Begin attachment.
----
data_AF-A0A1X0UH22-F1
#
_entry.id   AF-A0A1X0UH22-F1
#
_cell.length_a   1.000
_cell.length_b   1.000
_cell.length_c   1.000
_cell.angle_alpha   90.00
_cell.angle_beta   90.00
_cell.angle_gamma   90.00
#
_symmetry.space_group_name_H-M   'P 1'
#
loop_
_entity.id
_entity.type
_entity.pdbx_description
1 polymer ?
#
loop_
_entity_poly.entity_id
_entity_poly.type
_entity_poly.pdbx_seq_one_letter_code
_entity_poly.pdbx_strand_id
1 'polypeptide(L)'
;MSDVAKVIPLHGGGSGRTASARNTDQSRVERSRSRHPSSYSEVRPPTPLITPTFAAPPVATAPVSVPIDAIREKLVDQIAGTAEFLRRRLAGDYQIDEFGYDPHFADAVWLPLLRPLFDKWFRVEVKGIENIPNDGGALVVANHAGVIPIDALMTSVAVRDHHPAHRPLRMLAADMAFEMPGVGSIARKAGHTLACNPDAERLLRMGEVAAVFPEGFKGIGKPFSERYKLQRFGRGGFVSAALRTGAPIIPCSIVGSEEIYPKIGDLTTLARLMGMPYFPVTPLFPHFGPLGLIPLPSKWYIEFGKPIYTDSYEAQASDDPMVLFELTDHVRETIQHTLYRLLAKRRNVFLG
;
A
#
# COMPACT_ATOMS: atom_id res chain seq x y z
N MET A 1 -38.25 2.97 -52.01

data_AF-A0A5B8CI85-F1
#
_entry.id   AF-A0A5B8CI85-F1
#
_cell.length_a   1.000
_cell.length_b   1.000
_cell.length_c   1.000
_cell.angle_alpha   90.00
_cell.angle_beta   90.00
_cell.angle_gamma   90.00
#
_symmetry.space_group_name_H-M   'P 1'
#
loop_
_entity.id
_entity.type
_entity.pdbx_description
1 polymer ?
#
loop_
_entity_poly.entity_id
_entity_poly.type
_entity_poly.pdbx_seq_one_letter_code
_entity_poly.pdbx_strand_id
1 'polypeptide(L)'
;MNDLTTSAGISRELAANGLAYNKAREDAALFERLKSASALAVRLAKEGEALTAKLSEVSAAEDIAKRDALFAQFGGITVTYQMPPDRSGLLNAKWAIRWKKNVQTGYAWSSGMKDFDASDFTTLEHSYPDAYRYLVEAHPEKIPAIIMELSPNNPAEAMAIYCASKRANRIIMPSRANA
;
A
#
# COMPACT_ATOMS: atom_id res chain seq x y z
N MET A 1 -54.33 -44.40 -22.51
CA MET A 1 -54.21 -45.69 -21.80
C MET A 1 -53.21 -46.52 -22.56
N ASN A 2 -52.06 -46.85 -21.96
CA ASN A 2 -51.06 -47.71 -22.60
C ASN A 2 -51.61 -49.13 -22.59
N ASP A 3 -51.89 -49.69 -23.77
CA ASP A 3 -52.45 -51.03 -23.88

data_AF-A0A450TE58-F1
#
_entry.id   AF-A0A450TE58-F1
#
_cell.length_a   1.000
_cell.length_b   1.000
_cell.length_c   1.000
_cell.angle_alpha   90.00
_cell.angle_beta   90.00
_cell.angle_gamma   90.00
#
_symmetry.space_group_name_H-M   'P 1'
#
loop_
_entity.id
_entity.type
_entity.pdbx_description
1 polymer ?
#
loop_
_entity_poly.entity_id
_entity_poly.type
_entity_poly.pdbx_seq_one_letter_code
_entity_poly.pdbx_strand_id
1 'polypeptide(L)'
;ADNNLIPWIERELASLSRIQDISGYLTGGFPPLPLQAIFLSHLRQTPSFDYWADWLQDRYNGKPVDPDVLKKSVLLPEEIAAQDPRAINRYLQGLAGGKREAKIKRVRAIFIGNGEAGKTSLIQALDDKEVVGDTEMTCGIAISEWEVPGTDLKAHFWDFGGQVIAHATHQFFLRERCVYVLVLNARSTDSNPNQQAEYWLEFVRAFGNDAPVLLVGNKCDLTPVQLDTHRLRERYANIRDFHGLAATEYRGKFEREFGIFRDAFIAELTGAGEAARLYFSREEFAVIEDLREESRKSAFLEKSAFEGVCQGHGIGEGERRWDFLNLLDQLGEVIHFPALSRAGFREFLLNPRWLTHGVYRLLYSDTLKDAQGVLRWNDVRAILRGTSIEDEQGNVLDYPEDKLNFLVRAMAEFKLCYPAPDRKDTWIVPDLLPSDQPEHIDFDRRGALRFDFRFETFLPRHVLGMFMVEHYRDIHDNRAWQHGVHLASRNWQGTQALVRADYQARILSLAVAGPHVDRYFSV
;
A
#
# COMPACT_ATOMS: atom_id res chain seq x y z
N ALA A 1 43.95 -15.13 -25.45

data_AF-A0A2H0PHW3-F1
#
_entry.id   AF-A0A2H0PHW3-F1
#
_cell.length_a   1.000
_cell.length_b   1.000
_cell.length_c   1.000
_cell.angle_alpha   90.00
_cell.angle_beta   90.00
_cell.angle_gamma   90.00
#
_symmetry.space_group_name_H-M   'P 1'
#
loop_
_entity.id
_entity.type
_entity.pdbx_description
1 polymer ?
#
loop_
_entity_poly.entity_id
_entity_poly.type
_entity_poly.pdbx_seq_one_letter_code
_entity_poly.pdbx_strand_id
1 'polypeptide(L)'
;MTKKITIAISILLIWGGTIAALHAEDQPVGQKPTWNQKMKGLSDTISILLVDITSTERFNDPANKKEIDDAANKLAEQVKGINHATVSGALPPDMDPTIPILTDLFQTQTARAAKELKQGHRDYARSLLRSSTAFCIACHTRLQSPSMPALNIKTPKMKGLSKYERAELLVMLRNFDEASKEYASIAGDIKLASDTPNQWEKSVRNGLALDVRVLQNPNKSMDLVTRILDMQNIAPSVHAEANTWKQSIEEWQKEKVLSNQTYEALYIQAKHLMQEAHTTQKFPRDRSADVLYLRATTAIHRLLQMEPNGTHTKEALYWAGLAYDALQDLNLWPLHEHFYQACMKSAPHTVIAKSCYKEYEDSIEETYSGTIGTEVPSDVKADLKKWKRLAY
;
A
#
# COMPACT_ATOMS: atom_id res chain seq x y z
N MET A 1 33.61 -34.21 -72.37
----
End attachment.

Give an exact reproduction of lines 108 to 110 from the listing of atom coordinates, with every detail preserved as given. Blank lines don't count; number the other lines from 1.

_cell.angle_alpha   90.00
_cell.angle_beta   90.00
_cell.angle_gamma   90.00